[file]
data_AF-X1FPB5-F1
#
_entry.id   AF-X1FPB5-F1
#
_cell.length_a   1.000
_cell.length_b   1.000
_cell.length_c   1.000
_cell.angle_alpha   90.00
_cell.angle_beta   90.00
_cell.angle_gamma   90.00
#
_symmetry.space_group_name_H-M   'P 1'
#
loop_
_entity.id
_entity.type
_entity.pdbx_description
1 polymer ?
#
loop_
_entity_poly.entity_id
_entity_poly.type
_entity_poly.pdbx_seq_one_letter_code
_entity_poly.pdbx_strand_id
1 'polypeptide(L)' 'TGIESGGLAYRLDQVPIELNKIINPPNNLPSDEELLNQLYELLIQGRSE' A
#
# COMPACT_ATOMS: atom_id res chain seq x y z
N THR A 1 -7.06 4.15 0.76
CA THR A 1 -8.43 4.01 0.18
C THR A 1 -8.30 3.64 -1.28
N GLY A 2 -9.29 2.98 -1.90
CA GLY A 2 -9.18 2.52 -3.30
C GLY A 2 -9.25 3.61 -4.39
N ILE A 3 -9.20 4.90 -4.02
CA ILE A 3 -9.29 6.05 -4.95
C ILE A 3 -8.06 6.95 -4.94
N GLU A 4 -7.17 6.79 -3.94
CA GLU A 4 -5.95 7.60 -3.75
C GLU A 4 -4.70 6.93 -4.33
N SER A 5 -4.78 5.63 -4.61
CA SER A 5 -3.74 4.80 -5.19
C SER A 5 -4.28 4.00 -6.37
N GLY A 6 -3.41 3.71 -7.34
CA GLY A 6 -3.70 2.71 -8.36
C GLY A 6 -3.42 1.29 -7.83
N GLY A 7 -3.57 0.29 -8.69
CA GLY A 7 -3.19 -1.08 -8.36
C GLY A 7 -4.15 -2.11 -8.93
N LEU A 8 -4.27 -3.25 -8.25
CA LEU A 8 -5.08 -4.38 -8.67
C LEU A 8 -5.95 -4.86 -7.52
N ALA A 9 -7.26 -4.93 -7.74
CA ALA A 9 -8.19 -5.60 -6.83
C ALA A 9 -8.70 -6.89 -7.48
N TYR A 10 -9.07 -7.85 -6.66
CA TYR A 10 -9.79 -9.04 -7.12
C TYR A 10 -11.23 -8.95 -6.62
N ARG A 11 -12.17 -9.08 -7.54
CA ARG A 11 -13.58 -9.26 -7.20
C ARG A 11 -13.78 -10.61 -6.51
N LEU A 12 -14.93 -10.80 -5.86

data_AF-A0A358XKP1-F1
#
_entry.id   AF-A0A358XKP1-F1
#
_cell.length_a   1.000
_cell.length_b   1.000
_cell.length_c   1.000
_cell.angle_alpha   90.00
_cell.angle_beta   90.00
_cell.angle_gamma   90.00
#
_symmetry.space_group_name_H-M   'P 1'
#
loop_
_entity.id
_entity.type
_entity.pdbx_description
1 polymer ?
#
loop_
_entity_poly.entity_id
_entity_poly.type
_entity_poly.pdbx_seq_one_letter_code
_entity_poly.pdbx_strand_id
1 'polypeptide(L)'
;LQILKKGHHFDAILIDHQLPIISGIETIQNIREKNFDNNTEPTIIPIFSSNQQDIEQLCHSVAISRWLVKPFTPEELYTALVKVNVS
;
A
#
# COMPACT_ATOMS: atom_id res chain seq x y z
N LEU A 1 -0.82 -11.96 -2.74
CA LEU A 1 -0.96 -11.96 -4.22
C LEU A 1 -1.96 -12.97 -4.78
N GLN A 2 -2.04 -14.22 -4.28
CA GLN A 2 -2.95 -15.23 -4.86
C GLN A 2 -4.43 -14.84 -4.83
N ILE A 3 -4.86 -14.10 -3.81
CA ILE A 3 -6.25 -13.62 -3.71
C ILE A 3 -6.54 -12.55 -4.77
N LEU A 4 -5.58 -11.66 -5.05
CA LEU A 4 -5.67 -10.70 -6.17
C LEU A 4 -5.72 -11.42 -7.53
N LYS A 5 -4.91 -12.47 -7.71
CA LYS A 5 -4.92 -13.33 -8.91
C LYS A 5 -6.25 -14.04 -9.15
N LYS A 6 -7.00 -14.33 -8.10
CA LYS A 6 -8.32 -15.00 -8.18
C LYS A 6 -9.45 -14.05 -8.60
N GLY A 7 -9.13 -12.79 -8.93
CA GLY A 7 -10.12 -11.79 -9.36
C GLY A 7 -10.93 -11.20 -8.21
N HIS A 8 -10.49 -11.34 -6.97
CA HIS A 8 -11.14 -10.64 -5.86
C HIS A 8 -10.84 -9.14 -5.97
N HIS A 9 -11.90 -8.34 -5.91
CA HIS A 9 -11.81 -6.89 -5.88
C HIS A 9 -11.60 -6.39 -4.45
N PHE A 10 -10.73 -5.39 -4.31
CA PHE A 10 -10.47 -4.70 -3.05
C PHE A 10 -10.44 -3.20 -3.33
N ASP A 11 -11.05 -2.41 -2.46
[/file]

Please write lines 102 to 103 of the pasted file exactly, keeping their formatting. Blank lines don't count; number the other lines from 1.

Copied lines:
CA LEU A 4 -5.67 -10.70 -6.17
C LEU A 4 -5.72 -11.42 -7.53